In the run-up to this year’s Oscar ceremony, Damien Chazelle’s La La Land has become the stand out film of the season with fourteen nominations in total, including best picture, best director best screenplay, best actress and best actor. The film is an especially self-conscious Hollywood musical that seems to thrive on the tension between moments of incongruity and harmony. There is the thrill of incongruity as people suddenly (but also gradually) break into song and dance, departing from certain prevailing codes of everyday behaviour they might otherwise adhere to. And then there is the pleasure as music and movement come together harmoniously on screen, creating patterns of mesmerising synchronisation.
We might say that all screen musicals negotiate this tension, offering rupture and resolution as they make the incongruous harmonious. The opening sequence of La La Land certainly provides an immediate illustration of the tendency as it features traffic-jammed drivers spontaneously exiting their vehicles and using them as elaborate platforms for collective song and dance, all captured in unbroken travelling shots that serve to complete the intoxicating seamlessness of this extraordinary freeway disruption.
That energetic opening sequence might be regarded as an almost standard convention of the Hollywood musical, featuring professional dancers and exhibiting the poise, precision and finesse that can only be achieved through assured choreography and years of training. Elsewhere, however, a different kind of spectacle is offered as Ryan Gosling and Emma Stone step away from their established personas to take on the intense demands of singing, dancing and playing. While it should be noted that neither actor is entirely unfamiliar with these skills – Stone recently played the stage part of Sally Bowles in Cabaret, for example, and Gosling is a member of indie rock band Dead Man’s Bones – their roles in La La Land nevertheless exist outside of their previously-defined screen repertoires.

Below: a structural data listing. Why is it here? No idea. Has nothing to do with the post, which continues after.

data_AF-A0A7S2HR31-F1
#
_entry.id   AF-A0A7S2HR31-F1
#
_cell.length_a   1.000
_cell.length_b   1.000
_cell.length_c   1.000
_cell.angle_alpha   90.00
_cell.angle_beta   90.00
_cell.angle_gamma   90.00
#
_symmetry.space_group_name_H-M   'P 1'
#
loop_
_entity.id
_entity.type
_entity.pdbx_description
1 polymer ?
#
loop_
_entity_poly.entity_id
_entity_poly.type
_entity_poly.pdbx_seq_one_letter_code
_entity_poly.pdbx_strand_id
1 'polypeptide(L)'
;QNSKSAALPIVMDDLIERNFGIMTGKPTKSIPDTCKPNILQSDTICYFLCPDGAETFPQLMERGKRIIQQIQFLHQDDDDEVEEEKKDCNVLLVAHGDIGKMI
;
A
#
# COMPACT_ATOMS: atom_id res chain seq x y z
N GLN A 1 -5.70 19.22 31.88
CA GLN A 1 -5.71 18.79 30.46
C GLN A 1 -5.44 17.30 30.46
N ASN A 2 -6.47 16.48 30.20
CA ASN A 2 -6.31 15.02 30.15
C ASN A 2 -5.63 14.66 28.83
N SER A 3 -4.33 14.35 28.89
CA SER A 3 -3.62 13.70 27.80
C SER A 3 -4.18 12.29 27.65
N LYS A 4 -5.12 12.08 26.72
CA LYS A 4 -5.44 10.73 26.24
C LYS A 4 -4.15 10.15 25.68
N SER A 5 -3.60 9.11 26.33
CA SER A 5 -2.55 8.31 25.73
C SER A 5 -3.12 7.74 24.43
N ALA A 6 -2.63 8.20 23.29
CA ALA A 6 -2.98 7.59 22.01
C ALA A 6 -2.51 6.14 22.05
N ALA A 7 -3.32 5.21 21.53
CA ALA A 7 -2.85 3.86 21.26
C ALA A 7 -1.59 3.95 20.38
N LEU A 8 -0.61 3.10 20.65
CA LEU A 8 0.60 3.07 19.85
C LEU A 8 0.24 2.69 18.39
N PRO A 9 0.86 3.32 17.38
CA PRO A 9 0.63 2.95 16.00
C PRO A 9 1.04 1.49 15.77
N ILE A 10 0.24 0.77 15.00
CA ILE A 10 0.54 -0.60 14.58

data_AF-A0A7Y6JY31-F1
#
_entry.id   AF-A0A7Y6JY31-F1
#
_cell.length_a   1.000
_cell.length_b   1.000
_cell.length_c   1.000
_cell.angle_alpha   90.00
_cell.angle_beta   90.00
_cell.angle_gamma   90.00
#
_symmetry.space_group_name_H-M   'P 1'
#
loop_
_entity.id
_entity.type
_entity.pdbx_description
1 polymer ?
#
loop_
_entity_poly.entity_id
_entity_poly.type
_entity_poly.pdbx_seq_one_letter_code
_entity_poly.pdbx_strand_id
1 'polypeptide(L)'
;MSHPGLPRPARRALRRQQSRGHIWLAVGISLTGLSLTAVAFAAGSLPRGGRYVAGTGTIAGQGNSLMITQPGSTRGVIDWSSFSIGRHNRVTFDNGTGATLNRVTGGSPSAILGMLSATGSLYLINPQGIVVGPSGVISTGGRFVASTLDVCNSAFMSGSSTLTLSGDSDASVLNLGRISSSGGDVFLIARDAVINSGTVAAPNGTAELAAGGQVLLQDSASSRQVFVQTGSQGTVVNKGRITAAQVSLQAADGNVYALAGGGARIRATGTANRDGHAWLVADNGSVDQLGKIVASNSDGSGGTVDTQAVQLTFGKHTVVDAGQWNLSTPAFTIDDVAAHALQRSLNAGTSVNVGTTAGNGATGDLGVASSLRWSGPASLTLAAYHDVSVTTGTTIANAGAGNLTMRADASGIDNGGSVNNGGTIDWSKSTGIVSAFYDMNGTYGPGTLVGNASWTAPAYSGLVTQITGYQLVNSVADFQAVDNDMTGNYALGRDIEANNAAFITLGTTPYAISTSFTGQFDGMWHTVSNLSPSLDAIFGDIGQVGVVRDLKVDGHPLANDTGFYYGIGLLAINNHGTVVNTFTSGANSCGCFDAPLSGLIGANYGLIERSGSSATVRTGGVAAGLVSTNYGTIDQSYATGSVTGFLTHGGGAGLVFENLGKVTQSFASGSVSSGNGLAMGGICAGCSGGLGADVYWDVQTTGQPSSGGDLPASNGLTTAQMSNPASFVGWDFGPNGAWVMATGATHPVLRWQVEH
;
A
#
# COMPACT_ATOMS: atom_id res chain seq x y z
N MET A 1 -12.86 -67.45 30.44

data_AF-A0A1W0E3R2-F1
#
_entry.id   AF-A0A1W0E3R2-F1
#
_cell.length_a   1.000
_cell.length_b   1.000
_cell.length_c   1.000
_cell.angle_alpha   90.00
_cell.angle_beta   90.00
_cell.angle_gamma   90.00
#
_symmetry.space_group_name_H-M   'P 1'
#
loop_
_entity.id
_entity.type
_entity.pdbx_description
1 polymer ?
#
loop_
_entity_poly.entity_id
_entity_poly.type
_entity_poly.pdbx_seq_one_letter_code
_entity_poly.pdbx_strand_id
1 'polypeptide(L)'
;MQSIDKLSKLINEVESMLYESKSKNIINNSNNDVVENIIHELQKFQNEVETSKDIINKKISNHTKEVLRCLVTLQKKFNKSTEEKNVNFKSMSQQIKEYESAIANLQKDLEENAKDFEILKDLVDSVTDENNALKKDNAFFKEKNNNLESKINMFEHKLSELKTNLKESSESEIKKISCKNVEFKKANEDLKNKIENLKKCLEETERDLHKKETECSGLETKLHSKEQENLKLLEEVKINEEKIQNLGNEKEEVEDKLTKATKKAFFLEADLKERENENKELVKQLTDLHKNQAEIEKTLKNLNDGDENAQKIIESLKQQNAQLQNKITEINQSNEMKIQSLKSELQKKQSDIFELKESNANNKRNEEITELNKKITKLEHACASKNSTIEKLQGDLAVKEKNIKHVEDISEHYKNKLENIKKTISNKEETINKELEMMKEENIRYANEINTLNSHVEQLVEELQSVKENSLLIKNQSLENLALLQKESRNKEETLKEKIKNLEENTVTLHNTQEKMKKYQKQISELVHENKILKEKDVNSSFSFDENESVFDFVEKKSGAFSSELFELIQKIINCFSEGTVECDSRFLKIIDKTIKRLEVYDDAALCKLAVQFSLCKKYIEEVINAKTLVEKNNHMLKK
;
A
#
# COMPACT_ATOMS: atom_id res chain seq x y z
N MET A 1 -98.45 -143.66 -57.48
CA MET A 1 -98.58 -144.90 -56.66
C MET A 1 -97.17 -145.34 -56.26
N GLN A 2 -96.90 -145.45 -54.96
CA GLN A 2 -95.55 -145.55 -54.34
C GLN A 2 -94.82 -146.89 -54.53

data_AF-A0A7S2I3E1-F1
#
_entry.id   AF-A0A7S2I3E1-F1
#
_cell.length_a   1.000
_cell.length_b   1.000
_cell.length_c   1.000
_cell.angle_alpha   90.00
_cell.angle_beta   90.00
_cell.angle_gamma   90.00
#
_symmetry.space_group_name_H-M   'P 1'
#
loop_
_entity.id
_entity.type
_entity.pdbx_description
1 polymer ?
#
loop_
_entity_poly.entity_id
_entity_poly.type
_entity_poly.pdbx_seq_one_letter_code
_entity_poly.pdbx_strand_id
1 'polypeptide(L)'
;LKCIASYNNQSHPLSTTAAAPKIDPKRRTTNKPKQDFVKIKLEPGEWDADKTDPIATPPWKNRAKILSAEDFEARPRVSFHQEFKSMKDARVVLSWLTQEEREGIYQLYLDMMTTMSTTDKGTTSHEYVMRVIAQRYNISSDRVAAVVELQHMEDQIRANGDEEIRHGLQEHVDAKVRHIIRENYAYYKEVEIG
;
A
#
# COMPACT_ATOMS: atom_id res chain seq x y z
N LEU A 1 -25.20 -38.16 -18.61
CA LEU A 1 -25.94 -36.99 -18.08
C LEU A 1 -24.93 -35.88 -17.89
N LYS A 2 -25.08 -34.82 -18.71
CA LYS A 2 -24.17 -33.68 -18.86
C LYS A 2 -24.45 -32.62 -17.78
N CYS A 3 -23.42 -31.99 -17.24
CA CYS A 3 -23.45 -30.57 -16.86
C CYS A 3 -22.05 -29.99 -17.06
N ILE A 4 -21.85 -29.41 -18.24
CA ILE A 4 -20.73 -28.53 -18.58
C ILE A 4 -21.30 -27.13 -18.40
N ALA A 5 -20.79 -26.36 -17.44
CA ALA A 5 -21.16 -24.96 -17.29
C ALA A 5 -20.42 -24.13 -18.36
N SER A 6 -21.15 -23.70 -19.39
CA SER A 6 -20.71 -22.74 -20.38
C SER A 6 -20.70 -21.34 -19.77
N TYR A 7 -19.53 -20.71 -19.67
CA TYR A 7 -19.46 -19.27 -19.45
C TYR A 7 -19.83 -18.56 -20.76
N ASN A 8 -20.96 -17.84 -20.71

Part of the pleasure in watching their performance involves an appreciation of the sheer effort required in their learning new skills with considerable success. Indeed, although the central pair proves highly accomplished, the film doesn’t add gloss to their authentic talents in moments such as Stone singing or Gosling playing piano in live takes. (This might bring to mind Tom Hooper’s Les Miserables of 2012, for which all vocals were recorded live on set, though Chazelle’s use is far more selective and certainly doesn’t risk any equivalent to Russell Crowe’s notorious tuning difficulties in Les Miserables.)
And, of course, they dance. There is a particular joy in watching non-expert dancers produce a slightly looser but nonetheless carefully fluent series of moves, shapes and rhythms. Perhaps it is because Stone and Gosling dance so generously together, or perhaps it is because their lack of finessed perfection reminds us of their effort, making visible their physical achievement in every step. That kind of recognition draws certain parallels with television shows like Strictly Come Dancing, Dancing with the Stars and their numerous global incarnations, which celebrate the often considerable accomplishments of trained amateur dancers as they master complex and demanding routines. Given the international popularity of these shows, La La Land is well-timed, capitalising not only upon viewer popularity but also reaching an audience that is very familiar with the task of appraising and appreciating the merits of non-professional dance. The film rewards that critical awareness and capitalises upon a now-prevalent concept of authentic performance that has enjoyed a significant revival in the genre of contemporary ‘reality’ television. With Stone and Gosling, as with the best ‘reality’ television performances, the incongruity of non-expert dancers dancing falls away, replaced by the harmonious form of the dance itself.
There is no doubt that La La Land pays an especially fond homage to any number of past Hollywood musicals and, indeed, bygone Hollywood in general. Nevertheless, even as it looks back, the film seems to reach towards a relatively new audience appetite for authentic or non-expert performance, celebrating the onscreen distinction between the partnership of Gosling and Stone compared to, for example, Astaire and Rogers (and I think I spotted Stone taking her heels off to dance, whereas Rogers infamously had to perform complex dance routines ‘backwards in high heels’). If the success of Stone and Gosling’s performances involves the retention of a certain rawness, then it is possible to re-evaluate the more polished sequences within the film in comparison.
The opening traffic jam sequence was almost cut from the picture and it is not difficult to see how its tight precision might struggle to balance against the more grounded aesthetic of other numbers. Likewise, a later sequence in an observatory literally takes the duo above the clouds and, in the process, seems to leave behind the pursuit of realism that comes to characterise the director’s efforts elsewhere in the film. We might find it a touch ironic that, as Stone and Gosling’s authentic performances become the harmonious centre of La La Land, these more polished routines should register as the more incongruous elements, out of step with the achievements of the film as whole.